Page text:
The short-term borrowing Erie County uses to pay bills could increase to the highest level since the county emerged from a budget crisis in 2006.
Early projections from the comptroller and budget offices estimate that the county will need to borrow $110 million to pay expenses as it waits for reimbursements and other revenue to arrive later this year.
“We are being very cautious, conservative, yet responsible in sounding the alarm on this,” said Comptroller Stefan Mychajliw, who took office Jan. 1. “It’s very important to share this information.”
The county, on average, has borrowed $77 million a year through short-term loans known as revenue anticipation notes during the last decade. The loans are used to bridge the gaps between when bills come due and revenue arrives. In 2005, as the county emerged from a budget crisis that at one point ground spending to a halt, that borrowing increased to $160 million, then $110 million in 2006.
The amount the county will need to borrow for 2013 will become clearer later this year, but the first cash flow report issued by the Comptroller’s Office for the year shows that it could be noticeably higher than in the last six years.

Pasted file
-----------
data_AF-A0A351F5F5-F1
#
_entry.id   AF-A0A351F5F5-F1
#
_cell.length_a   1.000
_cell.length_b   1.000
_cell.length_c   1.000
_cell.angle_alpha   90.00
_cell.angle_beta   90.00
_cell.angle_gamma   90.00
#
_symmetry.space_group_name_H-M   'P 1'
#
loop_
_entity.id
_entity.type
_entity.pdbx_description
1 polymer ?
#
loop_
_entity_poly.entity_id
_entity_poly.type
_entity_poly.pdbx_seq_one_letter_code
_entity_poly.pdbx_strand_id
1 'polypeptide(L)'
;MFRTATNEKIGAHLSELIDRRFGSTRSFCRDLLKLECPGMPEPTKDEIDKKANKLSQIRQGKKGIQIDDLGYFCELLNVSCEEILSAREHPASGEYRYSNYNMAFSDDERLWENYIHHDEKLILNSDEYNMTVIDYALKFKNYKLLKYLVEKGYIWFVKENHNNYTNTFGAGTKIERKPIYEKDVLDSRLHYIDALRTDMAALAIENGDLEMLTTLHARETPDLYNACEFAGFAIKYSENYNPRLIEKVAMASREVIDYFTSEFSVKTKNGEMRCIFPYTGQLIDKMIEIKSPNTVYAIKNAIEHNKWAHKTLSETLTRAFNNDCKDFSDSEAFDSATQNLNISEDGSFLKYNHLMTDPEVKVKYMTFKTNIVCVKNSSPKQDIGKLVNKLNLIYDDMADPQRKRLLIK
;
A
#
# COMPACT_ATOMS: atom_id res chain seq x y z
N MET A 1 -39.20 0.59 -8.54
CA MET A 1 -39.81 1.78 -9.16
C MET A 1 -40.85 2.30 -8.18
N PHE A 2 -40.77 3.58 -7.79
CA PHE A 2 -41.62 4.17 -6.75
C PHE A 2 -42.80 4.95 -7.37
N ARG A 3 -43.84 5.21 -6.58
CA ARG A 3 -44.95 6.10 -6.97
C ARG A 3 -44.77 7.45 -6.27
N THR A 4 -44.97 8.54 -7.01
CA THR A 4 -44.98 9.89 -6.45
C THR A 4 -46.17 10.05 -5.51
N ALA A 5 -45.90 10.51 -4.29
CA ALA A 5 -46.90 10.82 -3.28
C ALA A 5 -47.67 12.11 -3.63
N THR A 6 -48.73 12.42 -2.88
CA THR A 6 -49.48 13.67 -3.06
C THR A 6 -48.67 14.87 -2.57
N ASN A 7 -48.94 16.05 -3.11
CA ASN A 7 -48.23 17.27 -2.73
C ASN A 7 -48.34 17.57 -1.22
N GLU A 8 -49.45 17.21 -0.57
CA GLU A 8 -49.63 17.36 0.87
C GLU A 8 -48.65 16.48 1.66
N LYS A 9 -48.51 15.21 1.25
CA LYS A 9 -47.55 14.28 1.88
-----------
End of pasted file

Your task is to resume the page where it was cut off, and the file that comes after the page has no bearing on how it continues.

The report completed last week estimated that the county will need to borrow $125 million as the county hits a cash shortage in July. That estimate was lowered Monday after staff in the Budget Office and the Comptroller’s Office identified additional revenue that will help the county’s cash flow.
“We’re hoping as we go through it further we can reduce it even more,” said County Budget Director Robert W. Keating.
The county, which has a $1.4 billion budget, relies on federal and state reimbursements to pay for many large social service and other programs. Those reimbursements can slow the payments by several months.
Mychajliw cited several factors that will impact the county’s cash flow this year. They included $29 million in state-required payments for Erie County Medical Center that were pushed from 2012 to this year, as well as $3.4 million for signing bonuses and raises included in two recently approved union contracts that will impact the amount of cash the county has on hand.
County officials earlier this month asked the state to delay a payment for ECMC that was due last week because the county did not have the cash to pay the bill. It will make that payment in March.
Last year, early projections pegged short-term borrowing for 2012 at $40 million. Instead, the county borrowed $75 million with the help of the Erie County Fiscal Stability Authority, the state-mandated control board, to cover expenses.